Edinburgh City Council now has a working group examining the effect of short-term lets in the city. Claire Miller, a Green councillor for the City Centre ward and a member of the group, told Holyrood: “It’s something that I heard time and time again when I was out door knocking, and it was one of the issues I campaigned on for election last year. Apropos of nothing, people were telling me, ‘this is terrible and we need to sort it out’. The Old Town in particular is suffering but it’s definitely across the city now, it’s not just restricted to the traditionally touristy areas.

“My main concern is about the loss of housing. Edinburgh has a housing crisis, in terms of the availability of housing, and that leads to prices going up. The council has a house-building programme but actually, if you are losing housing stock for various reasons – and this is not the only one – that is not helping. That is the bit I am primarily concerned with, though I am also really conscious that the reason the residents are raising it with me, and are continuing to do so, is because they are concerned about community cohesion, and the ability to live a quiet and peaceful life.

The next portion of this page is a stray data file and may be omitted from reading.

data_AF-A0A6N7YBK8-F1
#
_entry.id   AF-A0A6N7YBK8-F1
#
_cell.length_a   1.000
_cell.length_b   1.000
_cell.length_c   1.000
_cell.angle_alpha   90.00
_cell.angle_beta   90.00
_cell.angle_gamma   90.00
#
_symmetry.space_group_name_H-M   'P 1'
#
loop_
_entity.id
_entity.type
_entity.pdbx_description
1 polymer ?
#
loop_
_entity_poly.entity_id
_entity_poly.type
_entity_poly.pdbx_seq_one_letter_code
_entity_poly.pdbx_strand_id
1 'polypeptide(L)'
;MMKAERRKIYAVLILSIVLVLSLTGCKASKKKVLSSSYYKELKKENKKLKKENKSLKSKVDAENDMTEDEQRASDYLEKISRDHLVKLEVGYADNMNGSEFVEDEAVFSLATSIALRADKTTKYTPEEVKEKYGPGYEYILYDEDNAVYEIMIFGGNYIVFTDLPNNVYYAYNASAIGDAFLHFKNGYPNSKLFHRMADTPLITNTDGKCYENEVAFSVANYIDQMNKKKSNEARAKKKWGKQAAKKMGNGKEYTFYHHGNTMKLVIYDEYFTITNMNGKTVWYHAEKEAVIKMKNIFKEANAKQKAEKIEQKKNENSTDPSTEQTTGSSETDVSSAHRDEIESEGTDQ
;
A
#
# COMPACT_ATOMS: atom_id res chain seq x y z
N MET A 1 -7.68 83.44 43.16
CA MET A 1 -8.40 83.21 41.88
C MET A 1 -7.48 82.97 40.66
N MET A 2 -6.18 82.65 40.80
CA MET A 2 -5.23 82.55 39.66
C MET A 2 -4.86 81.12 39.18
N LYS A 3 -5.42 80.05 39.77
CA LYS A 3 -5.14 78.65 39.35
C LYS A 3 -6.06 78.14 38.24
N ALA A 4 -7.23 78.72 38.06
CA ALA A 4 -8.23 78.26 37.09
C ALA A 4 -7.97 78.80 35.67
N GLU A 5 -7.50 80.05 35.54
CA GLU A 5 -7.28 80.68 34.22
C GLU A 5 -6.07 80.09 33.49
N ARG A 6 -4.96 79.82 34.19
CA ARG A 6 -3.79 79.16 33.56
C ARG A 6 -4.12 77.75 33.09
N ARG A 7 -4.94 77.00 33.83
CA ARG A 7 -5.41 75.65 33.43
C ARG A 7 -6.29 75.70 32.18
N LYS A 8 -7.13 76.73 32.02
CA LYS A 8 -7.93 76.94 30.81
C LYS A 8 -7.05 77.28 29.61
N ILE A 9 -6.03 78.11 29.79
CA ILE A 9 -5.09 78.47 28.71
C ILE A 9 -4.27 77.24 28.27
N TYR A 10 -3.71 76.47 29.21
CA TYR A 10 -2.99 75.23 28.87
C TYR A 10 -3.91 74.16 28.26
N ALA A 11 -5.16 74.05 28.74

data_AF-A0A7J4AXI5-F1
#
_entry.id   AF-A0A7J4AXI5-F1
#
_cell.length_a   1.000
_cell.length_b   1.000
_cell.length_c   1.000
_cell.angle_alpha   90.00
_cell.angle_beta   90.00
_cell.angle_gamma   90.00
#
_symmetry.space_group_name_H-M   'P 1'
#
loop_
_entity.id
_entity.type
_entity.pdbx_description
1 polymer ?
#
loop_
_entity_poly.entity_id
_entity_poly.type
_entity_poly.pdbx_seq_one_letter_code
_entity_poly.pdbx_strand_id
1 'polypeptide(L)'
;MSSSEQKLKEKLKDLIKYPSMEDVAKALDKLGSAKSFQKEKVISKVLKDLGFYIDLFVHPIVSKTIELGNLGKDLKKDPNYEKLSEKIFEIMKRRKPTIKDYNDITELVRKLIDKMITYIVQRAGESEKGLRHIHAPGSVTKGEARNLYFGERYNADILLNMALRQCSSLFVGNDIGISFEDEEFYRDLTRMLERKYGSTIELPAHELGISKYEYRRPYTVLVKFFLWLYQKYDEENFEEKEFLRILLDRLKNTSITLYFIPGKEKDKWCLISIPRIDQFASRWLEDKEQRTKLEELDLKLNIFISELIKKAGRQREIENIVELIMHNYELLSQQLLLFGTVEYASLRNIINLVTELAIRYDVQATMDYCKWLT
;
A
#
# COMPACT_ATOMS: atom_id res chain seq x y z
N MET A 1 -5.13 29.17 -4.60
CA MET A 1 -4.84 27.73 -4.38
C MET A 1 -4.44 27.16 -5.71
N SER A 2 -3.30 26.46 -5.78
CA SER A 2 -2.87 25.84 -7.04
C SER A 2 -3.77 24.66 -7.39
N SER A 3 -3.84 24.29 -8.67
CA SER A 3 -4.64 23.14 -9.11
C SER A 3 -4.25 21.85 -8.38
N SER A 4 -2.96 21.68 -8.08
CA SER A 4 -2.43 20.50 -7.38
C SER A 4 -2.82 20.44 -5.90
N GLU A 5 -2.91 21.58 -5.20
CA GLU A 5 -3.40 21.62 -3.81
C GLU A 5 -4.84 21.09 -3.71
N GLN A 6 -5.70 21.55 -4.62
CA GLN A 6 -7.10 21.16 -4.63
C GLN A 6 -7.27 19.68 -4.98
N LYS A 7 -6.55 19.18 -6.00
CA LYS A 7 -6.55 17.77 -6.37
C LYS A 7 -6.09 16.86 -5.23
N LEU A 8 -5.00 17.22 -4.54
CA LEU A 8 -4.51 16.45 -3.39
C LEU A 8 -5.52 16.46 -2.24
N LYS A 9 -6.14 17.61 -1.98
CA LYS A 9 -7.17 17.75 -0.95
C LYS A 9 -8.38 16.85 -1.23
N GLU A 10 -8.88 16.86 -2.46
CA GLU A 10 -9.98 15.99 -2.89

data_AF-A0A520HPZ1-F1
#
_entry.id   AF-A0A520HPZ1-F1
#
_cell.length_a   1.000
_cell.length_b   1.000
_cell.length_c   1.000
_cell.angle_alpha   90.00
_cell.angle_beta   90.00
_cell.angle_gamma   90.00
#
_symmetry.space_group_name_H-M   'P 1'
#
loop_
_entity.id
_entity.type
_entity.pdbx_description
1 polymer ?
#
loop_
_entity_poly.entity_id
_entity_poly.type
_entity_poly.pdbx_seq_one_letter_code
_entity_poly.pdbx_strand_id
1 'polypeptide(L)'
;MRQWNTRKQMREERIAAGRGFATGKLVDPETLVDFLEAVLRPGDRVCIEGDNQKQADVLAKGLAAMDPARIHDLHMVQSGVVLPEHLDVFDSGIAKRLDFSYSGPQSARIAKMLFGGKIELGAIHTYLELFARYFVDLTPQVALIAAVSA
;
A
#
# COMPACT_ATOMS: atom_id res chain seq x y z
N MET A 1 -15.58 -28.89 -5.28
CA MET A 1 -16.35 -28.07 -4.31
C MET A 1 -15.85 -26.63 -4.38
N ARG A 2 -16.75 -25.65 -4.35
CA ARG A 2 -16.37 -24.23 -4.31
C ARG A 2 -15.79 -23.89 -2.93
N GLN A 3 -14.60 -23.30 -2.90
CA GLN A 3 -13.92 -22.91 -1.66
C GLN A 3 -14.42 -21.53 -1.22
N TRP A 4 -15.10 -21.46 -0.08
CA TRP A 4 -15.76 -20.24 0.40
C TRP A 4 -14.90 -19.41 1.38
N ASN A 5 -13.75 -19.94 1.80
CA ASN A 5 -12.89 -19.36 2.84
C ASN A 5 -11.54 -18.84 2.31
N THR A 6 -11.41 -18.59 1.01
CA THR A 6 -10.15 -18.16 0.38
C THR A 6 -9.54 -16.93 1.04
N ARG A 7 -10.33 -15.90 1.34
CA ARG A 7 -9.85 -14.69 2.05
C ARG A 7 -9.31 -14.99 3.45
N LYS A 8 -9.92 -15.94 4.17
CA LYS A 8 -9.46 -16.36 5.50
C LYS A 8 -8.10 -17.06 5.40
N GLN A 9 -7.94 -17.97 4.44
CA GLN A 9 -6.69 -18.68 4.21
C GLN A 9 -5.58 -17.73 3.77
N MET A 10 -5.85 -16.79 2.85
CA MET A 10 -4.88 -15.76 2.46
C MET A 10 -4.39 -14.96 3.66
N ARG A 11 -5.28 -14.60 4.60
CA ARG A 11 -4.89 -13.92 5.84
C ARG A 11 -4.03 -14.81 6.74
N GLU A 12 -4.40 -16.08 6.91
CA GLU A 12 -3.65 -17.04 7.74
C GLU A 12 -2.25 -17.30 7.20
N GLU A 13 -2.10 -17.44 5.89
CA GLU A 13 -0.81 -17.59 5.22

“People always say, ‘well, you live in the city centre, you need to accept a certain amount of noise, and boisterousness and so on’, and I think people that live in the centre do accept that, but they also want some ability to control it. So it is about finding the right balance, which is what I am trying to fight for, so I think we need to bring it back the other way and have more respect for the fact that Edinburgh has a living city centre.”